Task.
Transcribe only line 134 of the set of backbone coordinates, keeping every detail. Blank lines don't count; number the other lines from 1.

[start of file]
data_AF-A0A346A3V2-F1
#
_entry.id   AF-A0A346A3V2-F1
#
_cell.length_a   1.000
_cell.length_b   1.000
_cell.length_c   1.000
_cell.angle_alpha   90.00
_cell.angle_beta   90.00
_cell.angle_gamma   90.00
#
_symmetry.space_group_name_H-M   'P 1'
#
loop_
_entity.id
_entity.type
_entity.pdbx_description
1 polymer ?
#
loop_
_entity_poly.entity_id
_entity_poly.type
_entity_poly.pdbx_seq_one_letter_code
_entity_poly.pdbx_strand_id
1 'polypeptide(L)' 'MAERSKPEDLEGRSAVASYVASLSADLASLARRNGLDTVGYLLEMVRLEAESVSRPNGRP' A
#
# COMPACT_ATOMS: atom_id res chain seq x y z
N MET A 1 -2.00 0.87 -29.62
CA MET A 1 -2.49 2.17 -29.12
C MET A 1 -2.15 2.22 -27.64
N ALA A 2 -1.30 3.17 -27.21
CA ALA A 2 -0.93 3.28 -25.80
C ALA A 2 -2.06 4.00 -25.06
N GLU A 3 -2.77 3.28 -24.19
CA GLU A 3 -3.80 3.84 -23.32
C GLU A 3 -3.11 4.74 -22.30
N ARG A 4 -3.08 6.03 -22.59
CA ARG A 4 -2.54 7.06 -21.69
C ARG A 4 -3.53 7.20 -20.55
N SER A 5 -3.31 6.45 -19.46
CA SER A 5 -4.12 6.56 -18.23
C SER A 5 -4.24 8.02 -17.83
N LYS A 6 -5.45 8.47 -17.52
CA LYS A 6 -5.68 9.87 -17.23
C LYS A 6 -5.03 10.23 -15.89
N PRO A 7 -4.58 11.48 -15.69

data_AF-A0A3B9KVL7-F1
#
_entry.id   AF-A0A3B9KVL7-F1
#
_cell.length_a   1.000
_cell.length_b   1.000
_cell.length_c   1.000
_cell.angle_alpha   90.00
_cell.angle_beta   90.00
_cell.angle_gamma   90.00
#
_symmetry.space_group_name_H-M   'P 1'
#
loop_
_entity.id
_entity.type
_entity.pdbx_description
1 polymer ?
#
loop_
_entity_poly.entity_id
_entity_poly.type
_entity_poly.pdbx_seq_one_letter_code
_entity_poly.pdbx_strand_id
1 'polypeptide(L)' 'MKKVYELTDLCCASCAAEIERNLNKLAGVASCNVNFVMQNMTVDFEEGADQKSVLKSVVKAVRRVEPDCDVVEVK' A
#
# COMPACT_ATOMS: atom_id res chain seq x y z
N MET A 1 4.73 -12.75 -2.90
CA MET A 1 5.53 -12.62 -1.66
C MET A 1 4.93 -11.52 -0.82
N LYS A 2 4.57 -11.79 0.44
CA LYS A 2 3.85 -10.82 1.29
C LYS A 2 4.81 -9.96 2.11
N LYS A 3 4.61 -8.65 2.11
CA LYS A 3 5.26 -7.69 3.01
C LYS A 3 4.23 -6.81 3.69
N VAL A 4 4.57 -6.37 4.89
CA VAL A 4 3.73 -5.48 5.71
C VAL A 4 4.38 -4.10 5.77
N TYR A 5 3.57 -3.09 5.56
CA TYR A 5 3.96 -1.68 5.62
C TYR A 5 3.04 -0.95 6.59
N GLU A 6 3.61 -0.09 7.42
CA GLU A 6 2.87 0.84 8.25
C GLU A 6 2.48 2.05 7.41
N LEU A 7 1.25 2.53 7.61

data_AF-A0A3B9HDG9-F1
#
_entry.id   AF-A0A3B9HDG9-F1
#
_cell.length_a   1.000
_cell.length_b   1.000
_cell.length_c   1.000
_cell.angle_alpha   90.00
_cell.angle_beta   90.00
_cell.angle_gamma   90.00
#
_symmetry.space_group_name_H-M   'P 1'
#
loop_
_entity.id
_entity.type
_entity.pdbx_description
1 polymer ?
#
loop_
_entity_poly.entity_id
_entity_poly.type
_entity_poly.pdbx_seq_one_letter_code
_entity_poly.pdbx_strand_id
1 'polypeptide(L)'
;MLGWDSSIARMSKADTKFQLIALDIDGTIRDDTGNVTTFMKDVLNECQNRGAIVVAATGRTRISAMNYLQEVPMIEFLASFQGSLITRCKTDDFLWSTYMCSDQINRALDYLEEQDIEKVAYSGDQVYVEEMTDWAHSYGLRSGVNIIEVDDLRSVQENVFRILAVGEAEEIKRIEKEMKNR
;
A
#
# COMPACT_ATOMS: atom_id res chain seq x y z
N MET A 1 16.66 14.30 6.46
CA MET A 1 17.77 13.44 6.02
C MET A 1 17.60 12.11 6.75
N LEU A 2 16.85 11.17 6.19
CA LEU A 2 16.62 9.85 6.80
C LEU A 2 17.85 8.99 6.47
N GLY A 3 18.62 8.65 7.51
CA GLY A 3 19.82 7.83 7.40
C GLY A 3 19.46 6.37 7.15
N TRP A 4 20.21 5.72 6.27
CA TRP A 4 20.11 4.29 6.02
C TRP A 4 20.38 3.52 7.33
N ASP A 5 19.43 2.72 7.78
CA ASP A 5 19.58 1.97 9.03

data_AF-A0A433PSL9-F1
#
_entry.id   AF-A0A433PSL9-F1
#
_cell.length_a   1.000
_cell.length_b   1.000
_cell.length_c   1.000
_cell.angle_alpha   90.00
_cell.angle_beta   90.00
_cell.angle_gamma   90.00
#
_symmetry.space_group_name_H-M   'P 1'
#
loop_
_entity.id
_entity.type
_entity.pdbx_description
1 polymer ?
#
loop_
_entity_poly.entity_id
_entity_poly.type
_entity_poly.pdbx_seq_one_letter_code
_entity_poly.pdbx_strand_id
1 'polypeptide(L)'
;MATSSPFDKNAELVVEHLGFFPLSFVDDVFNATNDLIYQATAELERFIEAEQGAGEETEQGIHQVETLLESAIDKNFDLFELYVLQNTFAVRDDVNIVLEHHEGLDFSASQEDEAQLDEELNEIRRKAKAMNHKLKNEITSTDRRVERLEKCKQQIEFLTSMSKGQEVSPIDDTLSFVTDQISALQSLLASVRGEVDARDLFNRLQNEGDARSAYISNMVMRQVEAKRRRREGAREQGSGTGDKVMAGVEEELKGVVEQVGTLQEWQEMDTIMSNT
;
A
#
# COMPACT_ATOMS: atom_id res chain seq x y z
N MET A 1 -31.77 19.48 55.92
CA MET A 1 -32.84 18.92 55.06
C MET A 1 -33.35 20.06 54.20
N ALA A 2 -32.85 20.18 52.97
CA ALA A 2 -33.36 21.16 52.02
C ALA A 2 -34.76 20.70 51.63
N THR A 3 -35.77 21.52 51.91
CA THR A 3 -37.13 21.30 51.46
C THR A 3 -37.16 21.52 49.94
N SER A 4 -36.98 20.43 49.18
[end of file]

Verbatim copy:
C TRP A 4 20.38 3.52 7.33